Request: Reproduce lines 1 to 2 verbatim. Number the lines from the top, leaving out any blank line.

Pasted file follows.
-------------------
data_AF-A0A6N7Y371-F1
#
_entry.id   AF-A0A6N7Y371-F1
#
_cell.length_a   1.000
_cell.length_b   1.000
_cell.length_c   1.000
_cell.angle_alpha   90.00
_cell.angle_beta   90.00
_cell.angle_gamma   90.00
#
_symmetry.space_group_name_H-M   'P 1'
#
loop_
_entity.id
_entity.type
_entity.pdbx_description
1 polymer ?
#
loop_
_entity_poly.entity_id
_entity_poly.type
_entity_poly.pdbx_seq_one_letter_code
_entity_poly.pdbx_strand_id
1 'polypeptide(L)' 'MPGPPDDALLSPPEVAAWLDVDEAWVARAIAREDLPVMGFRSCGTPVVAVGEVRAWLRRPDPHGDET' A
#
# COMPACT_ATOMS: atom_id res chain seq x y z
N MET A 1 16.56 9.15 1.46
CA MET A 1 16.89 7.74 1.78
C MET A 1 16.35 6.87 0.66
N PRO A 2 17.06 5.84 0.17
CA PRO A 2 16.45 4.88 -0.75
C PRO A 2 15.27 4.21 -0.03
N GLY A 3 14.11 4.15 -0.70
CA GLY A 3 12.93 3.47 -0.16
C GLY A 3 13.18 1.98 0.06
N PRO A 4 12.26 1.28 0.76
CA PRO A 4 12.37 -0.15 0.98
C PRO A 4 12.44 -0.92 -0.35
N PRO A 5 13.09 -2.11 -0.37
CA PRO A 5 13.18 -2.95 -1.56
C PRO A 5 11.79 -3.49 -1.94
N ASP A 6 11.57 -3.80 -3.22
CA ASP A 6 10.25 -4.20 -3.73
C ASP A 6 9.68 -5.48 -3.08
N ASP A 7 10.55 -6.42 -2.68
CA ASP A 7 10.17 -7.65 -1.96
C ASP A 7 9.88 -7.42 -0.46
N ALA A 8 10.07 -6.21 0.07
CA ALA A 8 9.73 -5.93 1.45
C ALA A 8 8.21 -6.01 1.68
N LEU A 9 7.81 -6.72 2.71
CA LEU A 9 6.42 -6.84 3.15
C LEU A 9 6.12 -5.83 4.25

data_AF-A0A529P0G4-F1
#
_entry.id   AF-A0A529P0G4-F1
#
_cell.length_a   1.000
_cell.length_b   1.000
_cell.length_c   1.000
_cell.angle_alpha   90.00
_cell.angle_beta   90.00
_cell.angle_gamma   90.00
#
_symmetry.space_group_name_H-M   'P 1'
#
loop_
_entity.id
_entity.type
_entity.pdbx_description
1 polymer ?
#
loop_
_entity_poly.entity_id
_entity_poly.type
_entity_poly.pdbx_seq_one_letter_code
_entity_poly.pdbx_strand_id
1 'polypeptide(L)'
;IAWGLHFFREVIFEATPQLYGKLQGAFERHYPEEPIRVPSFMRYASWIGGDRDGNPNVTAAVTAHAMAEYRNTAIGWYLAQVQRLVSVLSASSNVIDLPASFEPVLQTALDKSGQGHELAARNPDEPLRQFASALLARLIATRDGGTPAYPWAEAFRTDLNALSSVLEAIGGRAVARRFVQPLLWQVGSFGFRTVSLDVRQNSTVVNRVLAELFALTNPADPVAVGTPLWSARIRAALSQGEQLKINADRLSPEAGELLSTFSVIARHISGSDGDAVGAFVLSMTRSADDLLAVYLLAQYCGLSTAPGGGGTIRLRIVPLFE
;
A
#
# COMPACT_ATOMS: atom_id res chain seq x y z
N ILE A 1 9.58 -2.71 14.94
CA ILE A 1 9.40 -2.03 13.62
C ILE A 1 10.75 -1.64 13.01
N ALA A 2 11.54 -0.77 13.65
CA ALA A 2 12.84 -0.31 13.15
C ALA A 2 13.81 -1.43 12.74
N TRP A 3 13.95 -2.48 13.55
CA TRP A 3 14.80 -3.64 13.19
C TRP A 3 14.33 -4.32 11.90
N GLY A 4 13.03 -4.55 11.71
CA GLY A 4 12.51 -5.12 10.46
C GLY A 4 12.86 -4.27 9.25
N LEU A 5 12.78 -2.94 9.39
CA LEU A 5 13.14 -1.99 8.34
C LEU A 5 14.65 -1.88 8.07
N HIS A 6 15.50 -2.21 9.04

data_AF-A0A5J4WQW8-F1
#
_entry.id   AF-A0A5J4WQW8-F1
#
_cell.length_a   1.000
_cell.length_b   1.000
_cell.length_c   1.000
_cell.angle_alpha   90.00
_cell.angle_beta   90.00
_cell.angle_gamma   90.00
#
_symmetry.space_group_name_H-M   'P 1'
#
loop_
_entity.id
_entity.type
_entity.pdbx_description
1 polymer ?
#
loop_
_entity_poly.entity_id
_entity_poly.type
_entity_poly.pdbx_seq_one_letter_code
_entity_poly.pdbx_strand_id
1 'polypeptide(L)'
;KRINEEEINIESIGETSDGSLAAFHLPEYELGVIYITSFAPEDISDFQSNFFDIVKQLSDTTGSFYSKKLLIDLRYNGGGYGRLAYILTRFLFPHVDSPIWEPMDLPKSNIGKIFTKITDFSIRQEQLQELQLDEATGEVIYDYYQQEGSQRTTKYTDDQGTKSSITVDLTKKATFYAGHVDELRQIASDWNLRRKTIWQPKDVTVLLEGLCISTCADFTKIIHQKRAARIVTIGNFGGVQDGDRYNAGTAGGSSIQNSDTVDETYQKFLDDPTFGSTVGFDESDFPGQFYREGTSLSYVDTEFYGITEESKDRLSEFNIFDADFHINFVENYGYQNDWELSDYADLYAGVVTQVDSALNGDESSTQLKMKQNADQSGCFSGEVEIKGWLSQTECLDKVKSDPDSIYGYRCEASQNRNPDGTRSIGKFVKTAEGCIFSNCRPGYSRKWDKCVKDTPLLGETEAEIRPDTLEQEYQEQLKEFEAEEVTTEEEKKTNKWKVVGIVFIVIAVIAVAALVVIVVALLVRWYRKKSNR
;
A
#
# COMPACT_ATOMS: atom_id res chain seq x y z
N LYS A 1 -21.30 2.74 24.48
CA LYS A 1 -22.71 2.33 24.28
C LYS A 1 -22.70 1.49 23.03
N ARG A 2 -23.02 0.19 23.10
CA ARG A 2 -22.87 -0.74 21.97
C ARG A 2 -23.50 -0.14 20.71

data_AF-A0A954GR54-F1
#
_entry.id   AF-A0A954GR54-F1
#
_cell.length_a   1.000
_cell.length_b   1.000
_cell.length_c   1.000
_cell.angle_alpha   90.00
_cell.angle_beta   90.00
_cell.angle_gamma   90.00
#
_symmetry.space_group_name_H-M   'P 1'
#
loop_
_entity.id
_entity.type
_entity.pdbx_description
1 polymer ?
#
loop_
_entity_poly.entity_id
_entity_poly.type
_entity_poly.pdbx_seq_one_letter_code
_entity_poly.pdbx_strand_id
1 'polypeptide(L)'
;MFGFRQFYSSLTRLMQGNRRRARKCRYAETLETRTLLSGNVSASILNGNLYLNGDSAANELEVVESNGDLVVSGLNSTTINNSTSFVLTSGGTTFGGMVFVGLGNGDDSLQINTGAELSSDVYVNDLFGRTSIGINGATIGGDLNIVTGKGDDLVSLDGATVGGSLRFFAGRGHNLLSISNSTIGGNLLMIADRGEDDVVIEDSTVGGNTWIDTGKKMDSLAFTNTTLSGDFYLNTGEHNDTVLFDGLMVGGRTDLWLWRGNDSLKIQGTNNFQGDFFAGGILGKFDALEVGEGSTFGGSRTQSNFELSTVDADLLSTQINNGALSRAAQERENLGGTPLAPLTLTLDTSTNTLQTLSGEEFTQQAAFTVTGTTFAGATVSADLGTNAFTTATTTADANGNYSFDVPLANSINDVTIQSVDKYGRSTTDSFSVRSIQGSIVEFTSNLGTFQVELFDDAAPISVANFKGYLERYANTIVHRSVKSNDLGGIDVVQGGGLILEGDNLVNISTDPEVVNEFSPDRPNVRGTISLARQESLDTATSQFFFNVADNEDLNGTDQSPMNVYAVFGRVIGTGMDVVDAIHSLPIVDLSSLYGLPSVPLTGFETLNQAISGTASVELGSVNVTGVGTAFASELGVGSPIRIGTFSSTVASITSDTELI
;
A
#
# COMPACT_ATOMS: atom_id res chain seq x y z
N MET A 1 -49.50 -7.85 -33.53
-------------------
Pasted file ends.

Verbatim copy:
data_AF-A0A6N7Y371-F1
#